The fourth place finisher was Narendra Tallapragada of Burke, who received a $25,000 scholarship for his project to find ways to simplify complex models of atomic and molecular interactions. His goal is to one day create minicomputers that could be used, for example, to create automatic insulin pumps that can be placed inside diabetic patients or intelligent clothing that responds to temperature.

    Seventh place went to Alexander Kim of Fairfax, who received a $20,000 scholarship for researching the variation and diversification in populations of the giant American river prawn, the largest freshwater invertebrate in North America. His research furthers understanding of how species evolve and has implications for the future of ecosystems. 

    This year’s Intel Science Talent Search finalists come from 17 states and represent 35 schools. Of the more than 1,600 high school seniors who entered the 2009 Intel Science Talent Search, 300 were announced as semifinalists in January. Of those, 40 were chosen as finalists and invited to Washington, D.C., to compete for the top ten awards.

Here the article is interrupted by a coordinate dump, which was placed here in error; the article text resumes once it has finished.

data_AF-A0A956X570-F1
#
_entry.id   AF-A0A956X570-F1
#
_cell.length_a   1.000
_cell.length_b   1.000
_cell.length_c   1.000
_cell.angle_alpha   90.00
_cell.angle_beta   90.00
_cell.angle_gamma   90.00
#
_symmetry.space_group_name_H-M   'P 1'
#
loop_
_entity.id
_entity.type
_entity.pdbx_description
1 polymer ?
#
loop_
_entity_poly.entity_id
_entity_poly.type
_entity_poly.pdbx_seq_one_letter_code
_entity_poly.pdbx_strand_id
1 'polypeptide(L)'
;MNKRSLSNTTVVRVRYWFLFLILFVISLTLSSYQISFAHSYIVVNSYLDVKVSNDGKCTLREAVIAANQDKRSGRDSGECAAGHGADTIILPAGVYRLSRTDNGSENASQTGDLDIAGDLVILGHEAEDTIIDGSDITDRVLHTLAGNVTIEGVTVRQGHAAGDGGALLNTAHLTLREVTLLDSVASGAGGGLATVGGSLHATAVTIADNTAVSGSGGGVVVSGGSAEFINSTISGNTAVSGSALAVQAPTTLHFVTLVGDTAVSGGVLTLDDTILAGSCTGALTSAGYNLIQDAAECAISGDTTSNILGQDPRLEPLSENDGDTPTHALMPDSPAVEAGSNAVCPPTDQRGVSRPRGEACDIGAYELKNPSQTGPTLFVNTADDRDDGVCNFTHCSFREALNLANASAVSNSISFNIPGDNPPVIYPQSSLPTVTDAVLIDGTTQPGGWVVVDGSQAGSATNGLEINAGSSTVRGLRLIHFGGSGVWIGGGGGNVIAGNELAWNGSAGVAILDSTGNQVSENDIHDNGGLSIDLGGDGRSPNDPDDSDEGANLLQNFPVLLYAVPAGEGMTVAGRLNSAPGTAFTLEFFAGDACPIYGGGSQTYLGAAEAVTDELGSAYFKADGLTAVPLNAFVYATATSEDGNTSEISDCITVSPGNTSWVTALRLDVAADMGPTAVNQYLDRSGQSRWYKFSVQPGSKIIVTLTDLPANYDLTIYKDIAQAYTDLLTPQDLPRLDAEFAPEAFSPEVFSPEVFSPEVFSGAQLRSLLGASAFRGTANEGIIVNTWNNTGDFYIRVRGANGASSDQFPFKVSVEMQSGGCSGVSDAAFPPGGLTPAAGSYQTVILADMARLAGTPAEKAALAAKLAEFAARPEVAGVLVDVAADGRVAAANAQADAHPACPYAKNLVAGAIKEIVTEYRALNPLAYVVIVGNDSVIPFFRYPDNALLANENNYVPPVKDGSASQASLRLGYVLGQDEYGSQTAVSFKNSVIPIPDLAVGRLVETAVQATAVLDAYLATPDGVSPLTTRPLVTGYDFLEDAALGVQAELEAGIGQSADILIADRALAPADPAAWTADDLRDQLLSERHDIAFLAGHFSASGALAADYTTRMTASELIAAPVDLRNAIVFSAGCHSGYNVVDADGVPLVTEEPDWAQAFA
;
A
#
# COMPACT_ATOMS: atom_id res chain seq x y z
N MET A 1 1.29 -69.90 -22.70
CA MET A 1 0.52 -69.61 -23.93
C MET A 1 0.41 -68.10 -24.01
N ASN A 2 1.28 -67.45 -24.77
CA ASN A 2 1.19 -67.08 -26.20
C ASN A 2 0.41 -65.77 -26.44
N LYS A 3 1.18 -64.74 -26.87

FCPS – News Releases

    Kim Hannemann, Real Estate Consultant/Realtor®, Samson Realty
    Cell: 703-861-9234 • Fax: 703-896-5055 • Email: KimTheAgent@gmail.com

    It’s Good To Have A Friend In The Business®
    samson-realty-and-bird

    If you would like to discuss real estate questions, sell or buy a home in Northern Virginia – including Alexandria, Annandale, Arlington, Burke, Centreville, Chantilly, Clifton, Fairfax, Fairfax Station, Falls Church, Kingstowne, Lorton, McLean, Reston, Springfield, or Vienna – contact Kim today.

    4 – 4.5% Listings with First-Class Service — Cash Back to My Buyers!


    Slow Down/Move Over Law In Virginia

    March 11, 2009